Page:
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Authentic Leadership

By Andrew Cohen

It is indeed a remarkable fact that now, at the dawn of the twenty-first century, executives and business leaders are beginning to look to the perennial spiritual truth of Oneness, not only for personal salvation in these most challenging of times but as the source for a new, deeper, and higher perspective from which to engage in the global marketplace. The first time I heard about this phenomenon was about four years ago when a friend told me: “Business people are scared because the rate of change is accelerating so quickly that they know the old ways of thinking are outmoded. They’re turning to spiritual concepts and techniques as an adaptive or coping mechanism in order to survive in this brave new world.”

On a recent teaching trip to Australia, I was invited to give a presentation about “authentic leadership,” sponsored by the Australian Institute for Management and the Integral Leadership Centre. Present were business consultants, managers, executives, healthcare practitioners, and even a government minister. In the morning, I gave a talk about the evolution of consciousness in order to create a context—the biggest context possible—in which to talk about the importance of leadership.

In the afternoon, I spoke about authentic leadership, which is quite a big buzzword in the alternative business community. In fact, knowing I was a spiritual teacher and not a professional business consultant, my host reminded me before the second talk, “Andrew, be sure to get something in about authentic leadership.” Of course, in an enlightenment context, there is no difference between what it means to be an authentic leader and what it means to be a liberated human being. I made clear that if we aspire to be an authentic leader, we must always be willing to:

Stand alone
Live fearlessly
Act heroically
Want to be free and true more than anything else
Take unconditional responsibility for oneself
Face everything and avoid nothing
At all times see things impersonally
Live for a higher purpose *

As I slowly but passionately worked my way down the list, I could feel the atmosphere in the room change from the openhearted receptivity that had met my morning presentation to one of drowsiness, dullness, discomfort, and even fear. Then, out of the blue, my host suddenly stood up and said, “Let’s take a short break!” Giving that talk was a confusing experience because the longer I spoke about authentic leadership, the more powerfully I felt the message was actually coming through. And the more powerfully I felt the message coming through, the greater was the feeling of inertia, resistance, and disinterest in the room. When we gathered again after the brief break, the fear and inertia were gone, but what was also gone was the palpable sense of evolutionary tension that had been present when we all, if only for the briefest moment, had glimpsed what it meant to be an authentic leader.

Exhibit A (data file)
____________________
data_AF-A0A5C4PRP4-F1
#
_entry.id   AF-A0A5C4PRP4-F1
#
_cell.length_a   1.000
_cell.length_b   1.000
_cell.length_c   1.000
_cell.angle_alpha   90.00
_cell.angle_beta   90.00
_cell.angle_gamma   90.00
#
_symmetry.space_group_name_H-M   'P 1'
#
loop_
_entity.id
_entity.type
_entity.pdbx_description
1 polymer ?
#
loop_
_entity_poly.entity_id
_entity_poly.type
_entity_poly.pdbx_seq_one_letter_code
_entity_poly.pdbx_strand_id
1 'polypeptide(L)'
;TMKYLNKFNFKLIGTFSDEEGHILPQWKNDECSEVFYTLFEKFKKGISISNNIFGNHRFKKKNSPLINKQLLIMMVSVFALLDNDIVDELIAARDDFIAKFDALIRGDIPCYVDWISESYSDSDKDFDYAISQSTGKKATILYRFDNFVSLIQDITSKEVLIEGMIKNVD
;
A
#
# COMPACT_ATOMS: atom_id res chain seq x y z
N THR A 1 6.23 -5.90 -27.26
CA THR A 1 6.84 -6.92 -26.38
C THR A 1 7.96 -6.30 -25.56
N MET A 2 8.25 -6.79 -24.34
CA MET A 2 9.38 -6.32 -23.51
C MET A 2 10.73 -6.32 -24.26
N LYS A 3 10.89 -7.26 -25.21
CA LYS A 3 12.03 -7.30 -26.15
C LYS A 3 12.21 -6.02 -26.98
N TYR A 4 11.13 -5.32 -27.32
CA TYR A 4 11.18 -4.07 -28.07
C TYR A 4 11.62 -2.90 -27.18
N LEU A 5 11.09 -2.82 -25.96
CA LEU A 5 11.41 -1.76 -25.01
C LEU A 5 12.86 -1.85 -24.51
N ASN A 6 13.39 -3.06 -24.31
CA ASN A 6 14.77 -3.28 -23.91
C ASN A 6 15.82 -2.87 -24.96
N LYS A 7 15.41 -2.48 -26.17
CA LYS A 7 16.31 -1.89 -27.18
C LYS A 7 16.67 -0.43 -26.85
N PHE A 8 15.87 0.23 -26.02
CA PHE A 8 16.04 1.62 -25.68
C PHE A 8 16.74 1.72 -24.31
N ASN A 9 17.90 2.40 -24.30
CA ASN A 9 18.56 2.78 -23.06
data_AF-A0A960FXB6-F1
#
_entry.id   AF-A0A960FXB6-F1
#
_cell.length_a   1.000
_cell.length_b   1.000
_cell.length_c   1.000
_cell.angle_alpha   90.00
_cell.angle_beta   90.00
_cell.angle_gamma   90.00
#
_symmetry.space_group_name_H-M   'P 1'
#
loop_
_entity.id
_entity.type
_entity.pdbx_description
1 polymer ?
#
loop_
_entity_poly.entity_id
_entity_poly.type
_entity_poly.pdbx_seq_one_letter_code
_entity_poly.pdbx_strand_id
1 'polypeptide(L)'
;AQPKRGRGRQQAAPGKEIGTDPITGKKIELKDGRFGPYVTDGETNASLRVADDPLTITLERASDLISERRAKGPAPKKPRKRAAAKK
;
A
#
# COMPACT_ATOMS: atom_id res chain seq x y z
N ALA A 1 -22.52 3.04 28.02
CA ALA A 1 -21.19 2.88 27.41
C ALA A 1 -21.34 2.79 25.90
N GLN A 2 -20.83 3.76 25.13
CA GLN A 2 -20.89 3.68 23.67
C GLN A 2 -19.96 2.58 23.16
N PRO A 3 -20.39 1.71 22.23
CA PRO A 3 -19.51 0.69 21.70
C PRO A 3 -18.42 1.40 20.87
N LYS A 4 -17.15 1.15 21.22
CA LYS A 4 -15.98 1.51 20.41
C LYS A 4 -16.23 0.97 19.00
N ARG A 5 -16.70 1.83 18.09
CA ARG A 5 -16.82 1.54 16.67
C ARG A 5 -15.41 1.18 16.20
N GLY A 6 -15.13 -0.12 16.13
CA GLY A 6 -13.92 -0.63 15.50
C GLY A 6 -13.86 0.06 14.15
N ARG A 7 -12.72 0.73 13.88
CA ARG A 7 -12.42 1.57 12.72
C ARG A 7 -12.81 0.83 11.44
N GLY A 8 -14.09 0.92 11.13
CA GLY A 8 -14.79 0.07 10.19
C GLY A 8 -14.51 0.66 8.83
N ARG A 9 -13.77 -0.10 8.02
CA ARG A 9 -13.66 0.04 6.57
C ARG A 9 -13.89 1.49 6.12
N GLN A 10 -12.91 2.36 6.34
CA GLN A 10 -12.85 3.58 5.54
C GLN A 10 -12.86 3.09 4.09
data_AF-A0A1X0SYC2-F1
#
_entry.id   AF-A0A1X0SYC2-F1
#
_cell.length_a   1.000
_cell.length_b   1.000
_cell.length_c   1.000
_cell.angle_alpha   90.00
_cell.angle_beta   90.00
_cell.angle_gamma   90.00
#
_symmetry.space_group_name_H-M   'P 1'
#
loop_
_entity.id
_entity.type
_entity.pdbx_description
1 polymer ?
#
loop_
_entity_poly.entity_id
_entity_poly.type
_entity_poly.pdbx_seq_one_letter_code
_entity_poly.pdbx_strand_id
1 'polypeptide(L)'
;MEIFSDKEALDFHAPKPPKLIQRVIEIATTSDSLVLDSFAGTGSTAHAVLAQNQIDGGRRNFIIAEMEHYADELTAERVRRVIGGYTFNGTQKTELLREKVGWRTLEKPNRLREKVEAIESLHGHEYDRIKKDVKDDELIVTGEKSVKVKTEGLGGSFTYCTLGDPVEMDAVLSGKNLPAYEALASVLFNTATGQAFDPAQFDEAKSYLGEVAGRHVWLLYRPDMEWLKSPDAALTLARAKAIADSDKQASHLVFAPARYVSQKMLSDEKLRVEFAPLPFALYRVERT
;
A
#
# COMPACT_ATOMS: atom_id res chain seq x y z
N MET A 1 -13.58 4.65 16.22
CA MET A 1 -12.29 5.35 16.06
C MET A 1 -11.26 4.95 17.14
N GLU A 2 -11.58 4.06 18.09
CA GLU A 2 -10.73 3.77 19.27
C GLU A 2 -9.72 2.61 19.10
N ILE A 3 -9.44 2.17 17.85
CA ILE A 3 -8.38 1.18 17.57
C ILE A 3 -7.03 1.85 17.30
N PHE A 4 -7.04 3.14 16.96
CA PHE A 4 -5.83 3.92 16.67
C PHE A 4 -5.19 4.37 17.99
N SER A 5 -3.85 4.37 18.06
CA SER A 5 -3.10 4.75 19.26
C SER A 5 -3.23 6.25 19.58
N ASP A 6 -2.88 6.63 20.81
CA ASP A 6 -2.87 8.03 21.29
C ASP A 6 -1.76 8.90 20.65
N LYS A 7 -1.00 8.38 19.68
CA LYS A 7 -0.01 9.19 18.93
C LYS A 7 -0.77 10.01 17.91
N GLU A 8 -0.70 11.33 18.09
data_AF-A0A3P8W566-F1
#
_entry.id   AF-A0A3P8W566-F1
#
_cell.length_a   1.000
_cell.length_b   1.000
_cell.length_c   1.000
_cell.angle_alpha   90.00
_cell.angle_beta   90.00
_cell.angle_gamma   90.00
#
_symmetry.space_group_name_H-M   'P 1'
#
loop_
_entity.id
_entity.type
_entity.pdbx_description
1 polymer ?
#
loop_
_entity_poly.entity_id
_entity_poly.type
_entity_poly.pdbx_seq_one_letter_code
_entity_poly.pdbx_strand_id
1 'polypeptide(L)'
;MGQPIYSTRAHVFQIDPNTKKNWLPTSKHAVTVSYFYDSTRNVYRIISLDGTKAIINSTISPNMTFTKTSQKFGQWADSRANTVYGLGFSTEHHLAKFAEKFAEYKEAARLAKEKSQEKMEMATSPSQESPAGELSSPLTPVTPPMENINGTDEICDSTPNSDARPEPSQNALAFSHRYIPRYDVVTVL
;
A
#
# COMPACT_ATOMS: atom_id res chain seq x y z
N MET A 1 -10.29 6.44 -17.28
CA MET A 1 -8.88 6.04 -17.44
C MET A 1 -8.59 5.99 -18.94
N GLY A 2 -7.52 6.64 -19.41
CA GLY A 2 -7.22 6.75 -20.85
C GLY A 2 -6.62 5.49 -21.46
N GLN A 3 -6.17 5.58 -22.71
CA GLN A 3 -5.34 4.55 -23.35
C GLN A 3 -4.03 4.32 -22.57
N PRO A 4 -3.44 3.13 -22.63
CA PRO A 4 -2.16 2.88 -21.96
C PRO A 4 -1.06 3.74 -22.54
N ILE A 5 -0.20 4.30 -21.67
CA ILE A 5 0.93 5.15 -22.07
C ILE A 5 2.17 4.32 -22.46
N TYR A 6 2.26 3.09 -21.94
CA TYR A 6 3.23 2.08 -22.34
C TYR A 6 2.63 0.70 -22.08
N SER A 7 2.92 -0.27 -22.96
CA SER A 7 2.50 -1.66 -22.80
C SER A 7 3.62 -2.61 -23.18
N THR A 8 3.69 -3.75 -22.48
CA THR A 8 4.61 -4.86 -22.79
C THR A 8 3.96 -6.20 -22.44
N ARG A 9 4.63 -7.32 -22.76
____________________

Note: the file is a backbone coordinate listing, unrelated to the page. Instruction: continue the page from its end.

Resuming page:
The thought of being a leader may seem like an appealing idea to the ego, but the reality of what being an authentic leader implies scares the ego to death. It means ego death. Why? Because it means that we actually care so much about a higher purpose, a higher principle, a higher goal that we’re willing to make the most important sacrifices for the sake of what we are aspiring to accomplish. It means we care so passionately about others also reaching that goal that we unhesitatingly sacrifice our own peace of mind, comfort, and security in order for them to succeed. It really means that we have no choice left anymore because we have realized without any doubt that from now on, it’s up to us. We have realized that One Without a Second. We have realized that there is no other and there never could have been. What is so interesting about authentic leadership is this very insight: that once we have arrived, there is no longer any point of return. We have become one with destiny itself.

About author:
Andrew Cohen, founder of What Is Enlightenment? magazine, is a spiritual teacher and acclaimed author widely recognized as a defining voice in the emerging field of evolutionary spirituality. A life-changing awakening in 1986 brought Cohen to the end of his own search for liberation while simultaneously starting him on an exploration of the meaning and significance of enlightenment for our time. This has led him to a profound investigation of the human predicament and into dialogue with sages, saints, and spiritual luminaries from nearly every tradition and beyond.

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